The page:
Nice Beard

Photo: Brian Killian/Getty Images

Thought experiment: Would you feel any sympathy at all for a hypothetical superrich ex–frat boy, ex–Goldman Sachs exec with a penchant for taking enormous risks, the most recent of which just torpedoed an entire company? No? Because that’s who Jon Corzine is, and that’s what he just did. And yet in coming days we will see less public anger directed at Corzine than descended mightily upon Lehman Brothers’ Dick Fuld, AIG’s Joseph Cassano, and the rest of our era’s rapaciously overleveraged financiers. Instead, Corzine is viewed more like an old person who hit the wrong pedal and drove through a garage door. And it is because of his beard.

Let’s review all the breaks Jon Corzine’s beard has gotten. First it lost a power struggle at Goldman but still made roughly $400 million when the bank went public. It got voted into the U.S. Senate despite lacking political experience. It was elected New Jersey governor even though its most noteworthy actions as a senator were chairing the Democratic Senatorial Campaign Committee during the 2004 cycle, when the Democrats lost four seats, and helping persuade John Kerry to pick John Edwards as a running mate. And upon getting run out of the governor’s office after one term, the beard assumed control of the MF Global brokerage firm … the aforementioned company that just went bankrupt.

Some might argue that Corzine’s beard is incidental to the body and brain attached to it. But even Corzine himself understands that his facial hair has great power, famously refusing consultants’ advice to shave it before running for office for the first time. He had the right idea, though his reasoning was off. Corzine thought that by shaving, he would be cravenly compromising his integrity in order to look generically appealing. In fact, it’s the beard ­itself—especially in combination with Corzine’s glasses and fuzzy sweaters—that’s generically appealing. It makes the type-A corporate shark look like Santa Claus or a kindly pediatrician.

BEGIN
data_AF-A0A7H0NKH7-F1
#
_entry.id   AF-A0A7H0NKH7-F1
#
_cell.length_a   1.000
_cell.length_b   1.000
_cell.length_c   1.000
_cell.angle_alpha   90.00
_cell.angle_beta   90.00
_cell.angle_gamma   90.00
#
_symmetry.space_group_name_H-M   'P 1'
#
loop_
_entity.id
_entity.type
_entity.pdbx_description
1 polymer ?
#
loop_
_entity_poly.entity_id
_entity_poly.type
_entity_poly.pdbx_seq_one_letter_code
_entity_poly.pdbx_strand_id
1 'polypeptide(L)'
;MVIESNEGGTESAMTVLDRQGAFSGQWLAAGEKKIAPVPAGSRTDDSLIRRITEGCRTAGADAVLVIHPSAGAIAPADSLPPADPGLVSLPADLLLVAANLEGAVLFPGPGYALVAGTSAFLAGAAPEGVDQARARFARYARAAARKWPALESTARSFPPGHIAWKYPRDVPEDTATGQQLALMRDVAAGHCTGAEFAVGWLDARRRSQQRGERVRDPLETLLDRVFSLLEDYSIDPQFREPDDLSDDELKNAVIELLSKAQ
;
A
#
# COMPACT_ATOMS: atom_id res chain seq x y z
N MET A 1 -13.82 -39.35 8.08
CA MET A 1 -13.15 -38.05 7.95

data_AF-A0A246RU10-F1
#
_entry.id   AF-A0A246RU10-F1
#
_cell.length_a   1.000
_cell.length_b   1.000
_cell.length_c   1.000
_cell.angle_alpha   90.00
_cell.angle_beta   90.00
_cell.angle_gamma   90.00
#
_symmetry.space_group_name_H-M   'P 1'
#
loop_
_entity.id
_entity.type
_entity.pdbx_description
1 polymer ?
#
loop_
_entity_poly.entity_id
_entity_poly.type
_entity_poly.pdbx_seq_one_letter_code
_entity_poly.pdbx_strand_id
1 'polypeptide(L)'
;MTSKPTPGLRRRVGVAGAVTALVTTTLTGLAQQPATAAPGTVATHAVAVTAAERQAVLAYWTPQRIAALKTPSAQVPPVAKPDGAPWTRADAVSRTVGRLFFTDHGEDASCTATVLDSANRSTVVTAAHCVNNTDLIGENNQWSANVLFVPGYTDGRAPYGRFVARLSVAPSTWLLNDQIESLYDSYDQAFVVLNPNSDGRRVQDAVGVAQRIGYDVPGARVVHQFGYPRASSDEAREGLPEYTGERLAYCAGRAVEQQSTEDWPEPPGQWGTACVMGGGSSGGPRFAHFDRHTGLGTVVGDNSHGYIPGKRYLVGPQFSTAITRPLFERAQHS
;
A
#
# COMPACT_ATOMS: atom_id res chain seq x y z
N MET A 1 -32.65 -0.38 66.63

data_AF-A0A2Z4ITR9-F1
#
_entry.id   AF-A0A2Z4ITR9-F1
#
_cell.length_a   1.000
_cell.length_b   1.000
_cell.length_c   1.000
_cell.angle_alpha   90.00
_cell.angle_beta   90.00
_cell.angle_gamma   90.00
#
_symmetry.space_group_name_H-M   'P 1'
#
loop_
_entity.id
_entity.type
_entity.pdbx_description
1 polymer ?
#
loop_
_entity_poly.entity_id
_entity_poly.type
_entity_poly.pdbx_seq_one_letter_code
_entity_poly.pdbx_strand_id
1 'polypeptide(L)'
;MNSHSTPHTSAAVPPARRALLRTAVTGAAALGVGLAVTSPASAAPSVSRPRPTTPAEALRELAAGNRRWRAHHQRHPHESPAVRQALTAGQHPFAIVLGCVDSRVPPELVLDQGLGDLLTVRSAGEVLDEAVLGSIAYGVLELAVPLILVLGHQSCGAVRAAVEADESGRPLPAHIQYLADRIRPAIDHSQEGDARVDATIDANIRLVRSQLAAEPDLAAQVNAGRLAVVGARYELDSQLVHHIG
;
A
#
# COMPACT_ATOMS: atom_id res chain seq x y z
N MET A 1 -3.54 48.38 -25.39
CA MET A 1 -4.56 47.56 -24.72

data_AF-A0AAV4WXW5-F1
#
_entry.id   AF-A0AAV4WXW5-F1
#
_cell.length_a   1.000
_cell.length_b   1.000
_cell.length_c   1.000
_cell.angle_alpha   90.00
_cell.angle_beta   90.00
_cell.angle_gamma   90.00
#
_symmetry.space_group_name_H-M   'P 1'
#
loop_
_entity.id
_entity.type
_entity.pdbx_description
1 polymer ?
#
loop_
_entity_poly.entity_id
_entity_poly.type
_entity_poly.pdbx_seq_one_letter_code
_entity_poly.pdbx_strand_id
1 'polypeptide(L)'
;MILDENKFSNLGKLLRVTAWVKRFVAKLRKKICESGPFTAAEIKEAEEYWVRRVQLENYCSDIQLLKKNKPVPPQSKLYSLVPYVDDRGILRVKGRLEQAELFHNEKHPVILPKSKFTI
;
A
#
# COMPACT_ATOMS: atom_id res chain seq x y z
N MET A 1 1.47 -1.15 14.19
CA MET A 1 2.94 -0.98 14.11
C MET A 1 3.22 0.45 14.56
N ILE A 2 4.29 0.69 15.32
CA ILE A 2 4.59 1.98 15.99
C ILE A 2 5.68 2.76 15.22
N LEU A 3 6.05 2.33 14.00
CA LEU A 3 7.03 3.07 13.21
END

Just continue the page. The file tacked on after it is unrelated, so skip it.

It’s a pretty good racket—a lot of notable figures would be well served by developing a signature tic that completely undercut the way they would otherwise be stereotyped, like if David Brooks got a face tattoo and started showing up everywhere visibly stoned. The power of the Corzine beard may even keep the window open for yet another second act, premised on a careful repositioning of the less flattering aspects of his résumé. Without the beard, he’s a villain retiring forever to the Hamptons; with the beard, I’d bet, he has a chance to get some powerful people to consider the following: (1) Taking Goldman Sachs public was his idea and turned out to be enormously profitable; (2) his ouster meant he actually didn’t have anything to do with Goldman’s mid-aughts behavior in the subprime-mortgage market or its involvement in the AIG mess; (3) the Democrats were losing Senate seats in 2004 no matter what; (4) everyone was fooled by John Edwards, including his own wife; (5) no one can remain popular while trying to govern New Jersey.

About the MF Global thing, well, okay, maybe that one’s on him. But, come on, shouldn’t he get another chance? Just look at the guy.

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Nice Beard